When they are divisible we are able to invest all of the capital available. However, when they are indivisible it is likely to not be possible to invest all of the capital and we have no choice but to simply look at the various combinations of projects available.
Our object always is to get the maximum NPV.
January 5, 2016 at 5:18 am
Ohh ok thnk u John 🙂
January 5, 2016 at 8:01 am
September 5, 2015 at 7:30 am
How i can download this video?
September 5, 2015 at 7:44 am
Lectures can only be watched online – it is the only way that we can keep this website free of charge.
August 28, 2015 at 2:27 am
Hi John, just wanna say thank u for the lecture notes and the videos that go with them, I found them to be very useful. I feel more confident now approaching the F9 Dec 2015 exam.
August 28, 2015 at 9:14 am
Thank you 🙂
March 16, 2015 at 12:35 pm
Regarding your example on part c (non-infinitely divisible) if we calculate NPV per invested $:
ABC NPV – 143 Total cost – 1400 NPV per $ – 0.102
ABD NPV – 157 Total cost – 1500 NPV per $ – 0.10466
ACD NPV – 143 Total cost – 1200 NPV per $ – 0.119
BCD NPV – 136 Total cost – 1300 NPV per $ – 0.10461
We should chose fraction ACD with highest NPV per $ at the same time we save (no borrow thereby less cost of capital) $400
My question is can I get on exam the same marks for this type of answer or is it better your answer ABD higher NPV?
March 16, 2015 at 1:01 pm
No – your answer would not get the marks.
We always want the highest total NPV, and the only correct answer is ABD.
Remember that the NPV is the surplus after repaying the borrowing (together with interest).
To explain, here is a very very basic illustration.
Suppose you could borrow $10 and get back $20 – a surplus of $10 ignoring interest.
Alternatively, you could borrow $100 and get back $120 – a surplus of $20 ignoring interest.
Which would you prefer? The first one gives surplus of $1 per $1 (10/10) and the second one only gives a surplus of $0.20 per $. (20/100).
However, surely you would prefer the second and end up with a surplus (cash profit) of $20 after repaying the borrowing as opposed to a surplus of only $10.
The only problem (and this is only relevant for a written part of a question) is that we are assuming that the returns are certain. If there is uncertainty then by choosing the second one we are taking more risk. However for the numbers part of questions we would always assume certainty.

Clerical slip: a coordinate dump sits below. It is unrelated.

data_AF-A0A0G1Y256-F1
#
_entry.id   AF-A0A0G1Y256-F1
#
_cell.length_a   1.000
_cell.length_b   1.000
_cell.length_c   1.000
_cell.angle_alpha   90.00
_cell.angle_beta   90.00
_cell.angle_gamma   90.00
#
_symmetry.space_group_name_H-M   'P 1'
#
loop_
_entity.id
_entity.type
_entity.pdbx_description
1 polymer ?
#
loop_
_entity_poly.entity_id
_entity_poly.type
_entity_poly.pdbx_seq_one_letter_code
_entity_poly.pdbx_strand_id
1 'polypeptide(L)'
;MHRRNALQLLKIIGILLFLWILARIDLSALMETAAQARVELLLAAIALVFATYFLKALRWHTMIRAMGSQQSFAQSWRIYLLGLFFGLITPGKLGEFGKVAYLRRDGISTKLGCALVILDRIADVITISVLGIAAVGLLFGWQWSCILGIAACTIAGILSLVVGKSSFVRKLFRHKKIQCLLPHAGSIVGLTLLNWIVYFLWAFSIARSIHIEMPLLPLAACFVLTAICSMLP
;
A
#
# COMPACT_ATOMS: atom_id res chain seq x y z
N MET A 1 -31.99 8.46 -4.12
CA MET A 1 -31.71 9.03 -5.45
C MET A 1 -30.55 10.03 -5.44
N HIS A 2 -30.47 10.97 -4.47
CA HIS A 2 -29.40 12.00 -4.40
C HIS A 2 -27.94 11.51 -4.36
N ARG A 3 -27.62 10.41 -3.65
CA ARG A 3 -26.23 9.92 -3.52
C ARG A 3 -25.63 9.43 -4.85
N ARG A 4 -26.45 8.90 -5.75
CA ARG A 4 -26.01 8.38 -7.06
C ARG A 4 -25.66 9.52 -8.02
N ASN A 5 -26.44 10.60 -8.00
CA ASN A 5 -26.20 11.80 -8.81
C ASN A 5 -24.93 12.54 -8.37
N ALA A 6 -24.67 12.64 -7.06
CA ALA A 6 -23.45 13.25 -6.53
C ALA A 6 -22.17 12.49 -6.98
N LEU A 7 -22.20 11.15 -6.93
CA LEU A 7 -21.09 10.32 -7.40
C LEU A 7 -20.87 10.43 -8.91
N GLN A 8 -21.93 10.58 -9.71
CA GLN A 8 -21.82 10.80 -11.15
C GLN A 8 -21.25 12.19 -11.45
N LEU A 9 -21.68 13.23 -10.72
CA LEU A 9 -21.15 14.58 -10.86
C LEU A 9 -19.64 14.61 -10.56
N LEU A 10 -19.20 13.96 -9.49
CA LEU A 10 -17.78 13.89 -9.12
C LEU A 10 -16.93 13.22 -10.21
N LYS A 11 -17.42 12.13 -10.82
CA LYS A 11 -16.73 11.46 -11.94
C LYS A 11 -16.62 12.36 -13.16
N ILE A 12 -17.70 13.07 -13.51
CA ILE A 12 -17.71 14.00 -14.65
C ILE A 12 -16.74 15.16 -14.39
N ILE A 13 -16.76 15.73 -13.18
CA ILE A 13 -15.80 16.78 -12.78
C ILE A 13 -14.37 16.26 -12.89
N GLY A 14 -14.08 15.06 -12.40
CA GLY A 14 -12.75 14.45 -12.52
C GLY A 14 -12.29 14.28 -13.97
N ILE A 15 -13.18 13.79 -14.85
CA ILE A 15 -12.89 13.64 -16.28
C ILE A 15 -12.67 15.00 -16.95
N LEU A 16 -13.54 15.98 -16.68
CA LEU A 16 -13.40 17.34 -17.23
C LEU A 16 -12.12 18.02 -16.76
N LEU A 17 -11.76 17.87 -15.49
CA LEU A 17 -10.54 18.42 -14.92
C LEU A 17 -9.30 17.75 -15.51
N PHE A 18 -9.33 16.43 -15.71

March 16, 2015 at 1:31 pm
Thank you John!
That is clear.
March 8, 2015 at 9:56 pm
Now that the F9 exam has a multiple choice component, will it now be necessary to read the text book from cover to cover.
March 9, 2015 at 7:19 am
If you watch all our lectures (together with the lecture notes) then you will have enough to pass the exam well.
What is essential is that you have a current edition of Revision Kit and that you practice all of the questions.
October 23, 2014 at 6:16 pm
Hi Mr Moffat
Thanks to yourself and Open Tuition for the lectures.
A question regarding the answer to example 1(c) if I may (this question was asked by louise06111 back in Feb-12 but, and no disrespect to tameablebunchy, I’m not convinced by the answer given at that time, but I may be missing something).
The answer given to 1(c) in the lecture, is to choose the projects giving the greatest NPV, being A, B and D. However, A, C and D give the highest return per $ invested ($0.113 per $ invested compared to £0.105 per $ invested, if my maths are correct).
Using the same sort of logic, take this example (a spurious one but it’s simply to make the point):
A – cost $10000, NPV $1000
B – cost $2000, NPV $999
Assuming a capital restriction of $11000, and the projects are not infinitely divisible, A has the greater NPV, but B has much better return on investment. Surely B would be the better choice?
What am I missing?
Thanks again for the assistance you provide.
October 23, 2014 at 8:38 pm
The NPV is the cash surplus we end up with (after accounting for interest).
To take your examples, if you invest in project A then you end up with a cash surplus of $1000 (the amount not invested earns nothing.
If you take project B, then you end up with a cash surplus of $999 (the remaining $9,000 of the cash available earns nothing).
I would prefer to end up with a surplus of $1000 than a surplus of $999 🙂
(If we could invest all our money in B (i.e. 9.5 B’s) then certainly B would be better – we would end up with a much bigger cash surplus. However, that is not the case – we either invest in just one A or just one B)
October 24, 2014 at 9:17 am
Mr Moffat, thanks for replying.
Of course, the interest on the source of the capital in the first place (cost of capital) is already being accounted for in coming to the NPV, so choosing to ‘borrow’ the additional capital in the first place is the better option as it gives a greater NPV.